Statement of Dan Grazier, Jack Shanahan Fellow, POGO’s Straus Military Reform Project
The F-35 has attracted a great deal of President Donald Trump’s attention in recent months. Interestingly, he has gone from critic to cheerleader after declaring he had persuaded Lockheed Martin to shave the price of the Fiscal Year 2016 buy of F-35s. In his words, the fighter is now “fantastic.”
It is refreshing to see a president taking an active role in controlling the costs of a major Pentagon program, especially one as bloated and beleaguered as the $1.4 trillion F-35. But in this case, President Trump is poorly advised. He needs to speak with people other than the program’s executive officer and the CEO of Lockheed Martin—both of whom have every career and financial motivation in the world to ensure the program’s survival.
As we have detailed at some length, the F-35 is plagued with issues that make it questionable as to when or if it will ever be combat ready. The figures being quoted by Lockheed and program boosters fail to include how much it will cost to fix design flaws discovered in recent, current, and future testing—a not insubstantial amount of money. They also do not include the costs of planned modernization efforts, such as for Block 4 of the aircraft, which will be incorporated into all F-35As at some point in the early 2020s.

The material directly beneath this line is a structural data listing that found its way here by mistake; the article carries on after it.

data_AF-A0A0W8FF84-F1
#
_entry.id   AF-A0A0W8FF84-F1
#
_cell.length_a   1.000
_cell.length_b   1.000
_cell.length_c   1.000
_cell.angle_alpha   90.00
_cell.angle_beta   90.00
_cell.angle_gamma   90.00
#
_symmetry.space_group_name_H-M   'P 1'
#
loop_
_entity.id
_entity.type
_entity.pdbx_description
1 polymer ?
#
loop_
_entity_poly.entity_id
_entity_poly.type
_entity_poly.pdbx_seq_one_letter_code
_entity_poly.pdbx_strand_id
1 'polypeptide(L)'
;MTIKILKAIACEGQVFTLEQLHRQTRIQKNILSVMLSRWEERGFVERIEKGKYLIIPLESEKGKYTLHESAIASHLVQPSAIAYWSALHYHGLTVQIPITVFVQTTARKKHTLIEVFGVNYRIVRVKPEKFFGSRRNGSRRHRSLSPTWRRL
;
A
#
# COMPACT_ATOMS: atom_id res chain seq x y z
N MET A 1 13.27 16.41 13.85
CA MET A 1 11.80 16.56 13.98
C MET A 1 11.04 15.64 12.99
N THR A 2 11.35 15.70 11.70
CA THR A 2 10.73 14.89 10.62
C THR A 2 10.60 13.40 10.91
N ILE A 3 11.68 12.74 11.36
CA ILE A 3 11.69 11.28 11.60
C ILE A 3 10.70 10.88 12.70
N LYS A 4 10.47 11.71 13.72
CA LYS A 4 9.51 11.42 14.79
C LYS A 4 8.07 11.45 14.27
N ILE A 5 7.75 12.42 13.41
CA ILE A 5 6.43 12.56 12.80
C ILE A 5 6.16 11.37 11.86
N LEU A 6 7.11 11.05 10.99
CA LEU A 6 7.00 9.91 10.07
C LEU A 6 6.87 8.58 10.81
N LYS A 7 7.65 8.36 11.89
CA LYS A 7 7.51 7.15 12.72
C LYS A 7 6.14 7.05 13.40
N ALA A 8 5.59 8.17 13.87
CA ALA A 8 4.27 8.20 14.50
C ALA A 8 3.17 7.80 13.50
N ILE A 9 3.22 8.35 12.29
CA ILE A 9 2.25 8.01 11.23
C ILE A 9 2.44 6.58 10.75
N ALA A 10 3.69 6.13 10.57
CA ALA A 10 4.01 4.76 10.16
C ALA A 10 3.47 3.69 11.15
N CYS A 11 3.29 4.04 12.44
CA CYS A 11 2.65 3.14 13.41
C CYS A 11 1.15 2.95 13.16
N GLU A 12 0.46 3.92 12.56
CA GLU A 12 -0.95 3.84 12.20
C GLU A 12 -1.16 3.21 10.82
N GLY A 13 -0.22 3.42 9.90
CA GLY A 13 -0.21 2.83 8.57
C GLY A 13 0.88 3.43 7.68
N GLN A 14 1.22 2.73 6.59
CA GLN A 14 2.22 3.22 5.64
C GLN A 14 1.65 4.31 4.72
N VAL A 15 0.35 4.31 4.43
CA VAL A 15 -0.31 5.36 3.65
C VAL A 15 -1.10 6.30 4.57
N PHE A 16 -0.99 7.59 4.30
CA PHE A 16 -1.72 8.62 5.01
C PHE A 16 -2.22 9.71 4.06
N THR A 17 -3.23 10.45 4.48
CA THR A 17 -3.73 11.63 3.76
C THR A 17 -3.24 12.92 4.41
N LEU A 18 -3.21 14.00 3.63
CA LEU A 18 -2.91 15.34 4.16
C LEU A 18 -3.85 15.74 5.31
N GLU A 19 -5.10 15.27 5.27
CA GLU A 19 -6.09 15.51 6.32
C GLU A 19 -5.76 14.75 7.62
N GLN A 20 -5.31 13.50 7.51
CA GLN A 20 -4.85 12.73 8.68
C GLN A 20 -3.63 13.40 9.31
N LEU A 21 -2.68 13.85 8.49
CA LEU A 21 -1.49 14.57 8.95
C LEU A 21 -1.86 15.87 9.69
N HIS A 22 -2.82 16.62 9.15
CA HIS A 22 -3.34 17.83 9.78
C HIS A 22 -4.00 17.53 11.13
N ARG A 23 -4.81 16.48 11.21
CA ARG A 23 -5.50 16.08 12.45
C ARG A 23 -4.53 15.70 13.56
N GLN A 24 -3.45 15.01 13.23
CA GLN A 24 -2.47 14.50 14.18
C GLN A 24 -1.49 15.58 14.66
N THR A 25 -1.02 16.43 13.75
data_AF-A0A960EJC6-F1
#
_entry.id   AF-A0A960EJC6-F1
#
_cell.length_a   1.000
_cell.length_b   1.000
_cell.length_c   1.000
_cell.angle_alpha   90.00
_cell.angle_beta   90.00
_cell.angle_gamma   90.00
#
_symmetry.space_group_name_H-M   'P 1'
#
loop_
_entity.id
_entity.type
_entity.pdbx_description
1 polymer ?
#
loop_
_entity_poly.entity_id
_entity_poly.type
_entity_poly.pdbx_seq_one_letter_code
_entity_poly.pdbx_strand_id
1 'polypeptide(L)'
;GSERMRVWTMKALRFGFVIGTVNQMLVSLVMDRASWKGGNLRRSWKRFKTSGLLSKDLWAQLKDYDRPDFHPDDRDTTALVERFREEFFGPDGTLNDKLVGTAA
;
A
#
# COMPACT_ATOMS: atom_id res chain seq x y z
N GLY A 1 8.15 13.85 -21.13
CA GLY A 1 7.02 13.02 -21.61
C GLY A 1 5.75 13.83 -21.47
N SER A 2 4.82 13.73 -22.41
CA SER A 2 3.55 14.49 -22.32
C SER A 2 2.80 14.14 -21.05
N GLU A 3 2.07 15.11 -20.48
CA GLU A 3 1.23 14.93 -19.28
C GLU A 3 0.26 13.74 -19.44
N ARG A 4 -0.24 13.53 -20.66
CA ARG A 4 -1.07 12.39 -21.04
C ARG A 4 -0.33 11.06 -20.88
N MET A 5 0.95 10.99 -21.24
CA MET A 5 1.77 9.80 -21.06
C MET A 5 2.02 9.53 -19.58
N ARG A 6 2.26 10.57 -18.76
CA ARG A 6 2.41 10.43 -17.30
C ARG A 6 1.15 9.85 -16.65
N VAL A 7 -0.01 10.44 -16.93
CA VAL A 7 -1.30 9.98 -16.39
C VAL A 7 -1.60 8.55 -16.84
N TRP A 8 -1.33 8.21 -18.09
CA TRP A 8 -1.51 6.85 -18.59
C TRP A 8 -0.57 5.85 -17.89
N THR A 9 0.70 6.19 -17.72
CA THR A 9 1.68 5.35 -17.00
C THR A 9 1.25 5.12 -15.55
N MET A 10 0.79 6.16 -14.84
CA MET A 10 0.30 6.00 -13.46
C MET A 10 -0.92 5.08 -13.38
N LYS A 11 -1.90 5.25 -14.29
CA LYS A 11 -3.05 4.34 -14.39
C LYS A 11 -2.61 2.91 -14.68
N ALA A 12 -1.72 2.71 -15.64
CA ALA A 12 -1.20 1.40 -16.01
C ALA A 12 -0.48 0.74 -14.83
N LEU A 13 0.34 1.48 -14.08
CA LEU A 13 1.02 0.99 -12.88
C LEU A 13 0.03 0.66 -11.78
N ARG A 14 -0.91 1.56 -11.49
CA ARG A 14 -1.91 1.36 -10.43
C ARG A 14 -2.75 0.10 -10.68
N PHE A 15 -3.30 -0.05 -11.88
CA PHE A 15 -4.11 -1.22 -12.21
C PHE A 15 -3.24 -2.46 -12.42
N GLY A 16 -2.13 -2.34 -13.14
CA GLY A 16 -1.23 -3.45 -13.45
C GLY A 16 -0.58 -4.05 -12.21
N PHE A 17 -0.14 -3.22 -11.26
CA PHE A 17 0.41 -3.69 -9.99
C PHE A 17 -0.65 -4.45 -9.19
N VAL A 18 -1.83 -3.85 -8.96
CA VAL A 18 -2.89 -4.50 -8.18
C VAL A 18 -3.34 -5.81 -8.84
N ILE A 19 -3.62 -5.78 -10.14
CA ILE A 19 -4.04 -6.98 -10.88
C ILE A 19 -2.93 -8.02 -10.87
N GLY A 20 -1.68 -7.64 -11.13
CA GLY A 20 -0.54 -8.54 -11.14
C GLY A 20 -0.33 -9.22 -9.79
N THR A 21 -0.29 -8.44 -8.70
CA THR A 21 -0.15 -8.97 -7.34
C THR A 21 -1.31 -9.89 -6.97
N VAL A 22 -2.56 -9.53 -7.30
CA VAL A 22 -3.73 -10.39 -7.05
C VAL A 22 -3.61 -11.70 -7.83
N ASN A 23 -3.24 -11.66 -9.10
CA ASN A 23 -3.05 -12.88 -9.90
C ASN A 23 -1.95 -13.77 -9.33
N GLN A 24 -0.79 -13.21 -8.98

Rather than focusing on securing new deals, the President’s time would be better spent pushing to ensure the F-35 Program Office completes the test program already in place to understand, before further production, exactly what this aircraft can and cannot do competently. That means suspending further F-35 production until those tests are complete and the results are honestly reported to the Secretary of Defense, the President, and Congress.
For more background, please see “The F-35 Continues to Stumble.”